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What's the best motor on variable speed drives?

The key to know which motor is better to use on variable speed drives depends entirely on the individual application for which it will be used.

You need to ask questions such as: 1. what will the cable distance be between the drive and the motor? 2. What is the system voltage? 3. What is the rise time of the variable speed drive’s output IGBTs? 4. Is the load constant torque, variable torque or constant horsepower? 5. What speed range is required? 5. Will the motor always be powered by the VSD or is across-the-line bypass required? 6. What is the motor's nameplate voltage and frequency rating? 7. What is the horsepower or kW rating of the motor? 8. Will the conductors between the motor and the AC drive be shielded or non-shielded? 9. What type of raceway will be used for the conductors between the VFD drive and the motor?

The key to picking the proper motor based on the answers to these questions is to understand the difference between NEMA MG1 Part 30 which is titled "Application Considerations for Constant Speed Motors Used on a Sinusoidal Bus with Harmonic Content and General Purpose Motors Used with Adjustable-Voltage or Adjustable-Frequency Controls or Both" and NEMA MG1 Part 31 which is titled "Definite-Purpose Inverter-Fed Polyphase Motors".

For systems that are rated for 230 volts generally do not have a problem with reflected waves because the motor insulation systems are generally rated for 600V systems anyway. Reflected waves on 230V systems would have peak voltages no greater than 650 to 1000 volts.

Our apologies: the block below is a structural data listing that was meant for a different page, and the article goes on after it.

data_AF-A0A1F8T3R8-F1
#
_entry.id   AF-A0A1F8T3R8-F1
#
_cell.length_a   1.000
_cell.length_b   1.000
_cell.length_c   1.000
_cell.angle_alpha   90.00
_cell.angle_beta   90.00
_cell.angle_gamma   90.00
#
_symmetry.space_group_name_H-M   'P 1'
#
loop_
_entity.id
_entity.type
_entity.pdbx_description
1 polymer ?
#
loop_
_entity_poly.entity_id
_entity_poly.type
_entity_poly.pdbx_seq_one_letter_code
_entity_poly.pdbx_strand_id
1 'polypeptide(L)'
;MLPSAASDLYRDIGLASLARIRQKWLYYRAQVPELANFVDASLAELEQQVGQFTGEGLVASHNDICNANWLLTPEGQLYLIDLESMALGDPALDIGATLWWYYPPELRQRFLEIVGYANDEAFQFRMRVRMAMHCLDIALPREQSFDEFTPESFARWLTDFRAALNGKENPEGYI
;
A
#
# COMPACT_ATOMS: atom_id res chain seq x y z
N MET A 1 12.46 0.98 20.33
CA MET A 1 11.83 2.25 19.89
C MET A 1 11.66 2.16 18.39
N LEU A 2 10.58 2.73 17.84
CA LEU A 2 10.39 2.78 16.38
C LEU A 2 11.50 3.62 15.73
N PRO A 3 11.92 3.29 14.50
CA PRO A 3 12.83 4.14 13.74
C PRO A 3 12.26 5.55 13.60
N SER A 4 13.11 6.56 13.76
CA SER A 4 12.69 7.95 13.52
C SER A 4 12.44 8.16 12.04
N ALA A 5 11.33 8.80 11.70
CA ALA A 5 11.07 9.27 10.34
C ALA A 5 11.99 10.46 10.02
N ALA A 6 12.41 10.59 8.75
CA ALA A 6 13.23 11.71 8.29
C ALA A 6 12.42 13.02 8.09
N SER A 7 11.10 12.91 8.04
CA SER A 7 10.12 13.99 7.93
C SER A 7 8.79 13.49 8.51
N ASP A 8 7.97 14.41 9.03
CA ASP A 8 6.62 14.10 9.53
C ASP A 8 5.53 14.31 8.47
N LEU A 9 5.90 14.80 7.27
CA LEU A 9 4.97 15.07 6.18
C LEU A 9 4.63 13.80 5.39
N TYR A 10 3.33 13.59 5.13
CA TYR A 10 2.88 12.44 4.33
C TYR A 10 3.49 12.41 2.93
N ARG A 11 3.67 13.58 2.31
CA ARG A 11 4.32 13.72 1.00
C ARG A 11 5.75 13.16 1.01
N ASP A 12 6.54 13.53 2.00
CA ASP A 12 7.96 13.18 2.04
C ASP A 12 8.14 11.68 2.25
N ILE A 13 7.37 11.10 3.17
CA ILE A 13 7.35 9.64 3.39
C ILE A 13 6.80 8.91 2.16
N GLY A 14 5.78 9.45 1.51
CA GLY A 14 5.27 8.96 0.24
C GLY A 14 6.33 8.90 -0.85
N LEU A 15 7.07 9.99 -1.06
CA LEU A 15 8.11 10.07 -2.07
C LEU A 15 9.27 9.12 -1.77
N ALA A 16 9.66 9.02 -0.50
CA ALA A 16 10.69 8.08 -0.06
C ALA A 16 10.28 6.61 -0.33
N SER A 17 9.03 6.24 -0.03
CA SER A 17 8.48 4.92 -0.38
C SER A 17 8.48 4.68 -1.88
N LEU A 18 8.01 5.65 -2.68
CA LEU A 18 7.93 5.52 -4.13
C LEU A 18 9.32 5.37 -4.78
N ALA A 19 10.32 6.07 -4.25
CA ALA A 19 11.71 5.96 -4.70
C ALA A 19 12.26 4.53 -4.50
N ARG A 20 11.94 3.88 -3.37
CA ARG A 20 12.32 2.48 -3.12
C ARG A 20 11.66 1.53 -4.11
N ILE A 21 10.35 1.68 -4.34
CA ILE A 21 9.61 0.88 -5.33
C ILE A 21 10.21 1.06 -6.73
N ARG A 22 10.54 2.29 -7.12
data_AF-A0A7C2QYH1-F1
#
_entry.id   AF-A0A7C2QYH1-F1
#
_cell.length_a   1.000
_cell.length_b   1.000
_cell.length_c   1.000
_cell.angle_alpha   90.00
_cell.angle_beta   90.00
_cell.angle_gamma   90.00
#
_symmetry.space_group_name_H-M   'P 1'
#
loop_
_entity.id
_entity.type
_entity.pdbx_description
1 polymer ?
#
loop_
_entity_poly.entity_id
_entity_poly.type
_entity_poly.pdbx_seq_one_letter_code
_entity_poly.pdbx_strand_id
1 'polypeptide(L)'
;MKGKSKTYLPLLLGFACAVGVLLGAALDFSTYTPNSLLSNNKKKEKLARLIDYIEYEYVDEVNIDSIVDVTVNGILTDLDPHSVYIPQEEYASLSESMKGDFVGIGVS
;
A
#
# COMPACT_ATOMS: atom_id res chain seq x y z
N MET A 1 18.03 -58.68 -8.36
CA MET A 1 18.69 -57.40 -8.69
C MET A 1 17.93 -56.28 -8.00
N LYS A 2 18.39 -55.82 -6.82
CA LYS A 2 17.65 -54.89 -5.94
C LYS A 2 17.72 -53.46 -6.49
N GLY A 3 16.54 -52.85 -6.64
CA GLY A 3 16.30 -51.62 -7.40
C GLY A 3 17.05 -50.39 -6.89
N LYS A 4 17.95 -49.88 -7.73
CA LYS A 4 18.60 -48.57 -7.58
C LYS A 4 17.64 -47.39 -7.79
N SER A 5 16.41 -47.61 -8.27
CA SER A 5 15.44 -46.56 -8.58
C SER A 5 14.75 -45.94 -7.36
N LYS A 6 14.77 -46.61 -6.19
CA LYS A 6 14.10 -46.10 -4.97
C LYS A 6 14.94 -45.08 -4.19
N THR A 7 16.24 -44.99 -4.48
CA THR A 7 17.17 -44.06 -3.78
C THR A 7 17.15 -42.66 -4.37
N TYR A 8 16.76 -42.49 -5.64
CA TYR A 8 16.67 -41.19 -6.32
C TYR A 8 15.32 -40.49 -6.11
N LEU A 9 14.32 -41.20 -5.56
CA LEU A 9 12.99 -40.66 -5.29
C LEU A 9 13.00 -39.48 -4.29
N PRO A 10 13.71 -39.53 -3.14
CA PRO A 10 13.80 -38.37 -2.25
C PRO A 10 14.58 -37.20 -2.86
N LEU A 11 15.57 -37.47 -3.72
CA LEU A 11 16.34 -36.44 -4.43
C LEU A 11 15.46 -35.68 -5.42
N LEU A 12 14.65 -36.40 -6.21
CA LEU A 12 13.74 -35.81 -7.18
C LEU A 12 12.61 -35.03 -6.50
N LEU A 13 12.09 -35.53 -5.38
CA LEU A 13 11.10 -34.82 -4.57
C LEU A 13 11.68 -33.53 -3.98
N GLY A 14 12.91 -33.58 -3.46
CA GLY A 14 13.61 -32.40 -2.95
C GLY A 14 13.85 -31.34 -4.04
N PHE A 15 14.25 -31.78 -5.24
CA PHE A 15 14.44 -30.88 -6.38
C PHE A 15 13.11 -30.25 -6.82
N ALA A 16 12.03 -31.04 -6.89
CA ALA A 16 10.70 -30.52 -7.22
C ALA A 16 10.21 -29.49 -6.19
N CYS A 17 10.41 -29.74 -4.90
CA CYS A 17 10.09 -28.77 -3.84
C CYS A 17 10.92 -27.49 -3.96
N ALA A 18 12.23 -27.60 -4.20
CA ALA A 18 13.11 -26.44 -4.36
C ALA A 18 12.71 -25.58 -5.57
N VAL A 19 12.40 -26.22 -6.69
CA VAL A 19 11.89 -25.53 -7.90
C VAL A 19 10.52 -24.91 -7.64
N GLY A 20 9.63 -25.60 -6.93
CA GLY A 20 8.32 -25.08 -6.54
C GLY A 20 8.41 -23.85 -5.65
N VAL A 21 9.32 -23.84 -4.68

On 380V or higher systems, if the cable distance between the variable speed drive and the motor is relatively short (typically 25 feet or less) then there need not be any concern about reflected waves damaging the motor insulation. On retrofit situations where you need to re-use an existing motor and you can't determine the peak voltage withstand rating of the motor's insulation system the you can add devices either at the VFD drive output or at the motor which can prevent reflected wave voltage spike damage.

NEMA MG1 Part designates that for motors with a nominal insulation rating of equal to or greater than 600V that the peak voltage rating of the insulation system has to be equal to or greater than 1kV with a rise time of greater than or equal to 2 microseconds.

NEMA MG1 Part designates that for the same nominal voltage rating as above the peak voltage rating of the insulation system needs to be 3.1 times Vrated with a rise time of equal to or greater than 0.1 microseconds. There is some debate as to whether Vrated in a nominal 480V system is 480V or the motor nameplate line-to-line voltage rating of 460V. The difference is relatively small, 1426V vs. 1488V.

The operating speed range has more to do with determining the ability of the motor to keep itself operating below its rated temperature rise when operated below its nameplate speed than with anything else. This is more of a problem for constant torque applications with very wide speed ranges that for any other type of application. This is especially true if the application requires that the motor operate at rated torque at zero speed as in some web handling applications.

There are some "vector-duty" motors that have very wide C.T. speed range capabilities but are not suitable for applications that require across-the-line bypass operation. That may be because they are really a NEMA Design A motor which has similar locked rotor torque capabilities to a NEMA Design B motor but the locked-rotor current is not limited by NEMA as it is in a NEMA Design B motor. This could cause upstream short-circuit devices to trip or fuses to blow when the motor is started in the bypass mode. Another consideration is that there are some "vector-duty" motors that are designed with non-standard volts-per-hertz ratios such as 460V/90Hz.

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